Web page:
"Reforming the Washington state tax structure will allow small businesses to be more successful and taxpayers to have more discretionary income," Schmidt said. "The increased economic activity will allow small businesses to hire more people."

Schmidt, a retired U.S. Air Force veteran, has a master's degree in taxation from Golden State University.

Rivers' ideas for improving the economy include making the climate friendlier for business. This includes reducing the burden of worker's compensation costs for businesses, reducing regulations and reducing permitting fees, Rivers said.

"We must create an environment that is welcoming and supportive of business in the entire state, which will certainly benefit Clark County," she said.

On health care, Schmidt supports expanding Medicaid to more Washingtonians, as outlined in the 2010 federal health care reforms. Rivers does not appear supportive of that plan, saying she has concerns about the Medicaid expansion.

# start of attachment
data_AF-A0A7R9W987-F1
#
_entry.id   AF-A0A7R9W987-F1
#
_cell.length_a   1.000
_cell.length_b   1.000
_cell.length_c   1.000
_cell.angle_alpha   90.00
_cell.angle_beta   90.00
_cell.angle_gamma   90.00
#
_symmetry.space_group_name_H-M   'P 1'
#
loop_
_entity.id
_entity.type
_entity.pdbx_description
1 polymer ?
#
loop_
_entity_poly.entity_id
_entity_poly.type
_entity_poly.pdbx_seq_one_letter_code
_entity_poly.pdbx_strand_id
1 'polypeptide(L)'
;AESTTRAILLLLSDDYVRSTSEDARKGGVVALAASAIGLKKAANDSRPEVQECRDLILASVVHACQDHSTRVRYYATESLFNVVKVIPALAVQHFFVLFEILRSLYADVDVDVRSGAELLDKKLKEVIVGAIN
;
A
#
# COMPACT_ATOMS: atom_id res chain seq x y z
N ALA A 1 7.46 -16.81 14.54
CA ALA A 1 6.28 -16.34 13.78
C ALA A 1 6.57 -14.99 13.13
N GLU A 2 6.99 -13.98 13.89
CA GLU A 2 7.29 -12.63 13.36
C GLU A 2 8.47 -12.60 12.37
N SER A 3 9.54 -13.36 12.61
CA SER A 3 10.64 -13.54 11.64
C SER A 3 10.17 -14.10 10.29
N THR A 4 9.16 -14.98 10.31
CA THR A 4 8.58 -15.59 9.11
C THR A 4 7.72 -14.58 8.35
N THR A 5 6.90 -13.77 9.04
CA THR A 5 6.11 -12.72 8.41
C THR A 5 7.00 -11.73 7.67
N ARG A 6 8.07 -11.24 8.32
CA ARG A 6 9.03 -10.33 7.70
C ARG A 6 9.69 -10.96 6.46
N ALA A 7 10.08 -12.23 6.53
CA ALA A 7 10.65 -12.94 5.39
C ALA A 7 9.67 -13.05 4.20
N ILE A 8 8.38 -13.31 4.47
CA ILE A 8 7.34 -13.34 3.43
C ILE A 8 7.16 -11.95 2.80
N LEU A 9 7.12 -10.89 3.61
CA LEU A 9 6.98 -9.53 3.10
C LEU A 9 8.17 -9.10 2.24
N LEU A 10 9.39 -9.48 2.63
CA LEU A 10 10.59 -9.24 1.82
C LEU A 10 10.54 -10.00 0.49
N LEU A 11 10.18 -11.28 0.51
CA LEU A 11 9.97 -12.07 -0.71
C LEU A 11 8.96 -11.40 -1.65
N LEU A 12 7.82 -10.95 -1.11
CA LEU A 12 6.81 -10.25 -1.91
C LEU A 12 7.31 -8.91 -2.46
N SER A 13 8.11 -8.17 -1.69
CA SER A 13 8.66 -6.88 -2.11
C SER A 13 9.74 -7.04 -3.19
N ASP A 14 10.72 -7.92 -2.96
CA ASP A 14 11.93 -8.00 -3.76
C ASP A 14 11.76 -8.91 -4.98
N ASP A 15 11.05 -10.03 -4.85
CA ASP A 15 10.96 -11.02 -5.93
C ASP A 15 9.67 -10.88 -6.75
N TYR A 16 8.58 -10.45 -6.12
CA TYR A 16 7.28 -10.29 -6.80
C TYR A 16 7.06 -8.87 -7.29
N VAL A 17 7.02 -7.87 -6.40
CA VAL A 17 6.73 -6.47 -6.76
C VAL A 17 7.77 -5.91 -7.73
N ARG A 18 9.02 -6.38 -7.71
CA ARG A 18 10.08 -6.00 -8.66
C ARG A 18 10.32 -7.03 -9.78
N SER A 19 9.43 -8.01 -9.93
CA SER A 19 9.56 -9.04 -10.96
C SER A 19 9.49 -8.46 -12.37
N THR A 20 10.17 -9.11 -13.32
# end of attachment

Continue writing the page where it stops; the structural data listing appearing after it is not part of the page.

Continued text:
The U.S. Supreme Court ruled recently to mostly uphold the health care reform act, but it also ruled that each state can decide whether to participate in the law's Medicaid plan. Medicaid is a health insurance program that provides coverage for low-income people and the disabled.

"In Southwest Washington, there are very few Medicaid care providers," Rivers said. "Adding more people without adding providers would result in even more limited access to care."

On the Medicaid expansion, Schmidt said: "Funded by the federal government, this plan will actually reduce health care costs to Washington state."

Ballot measures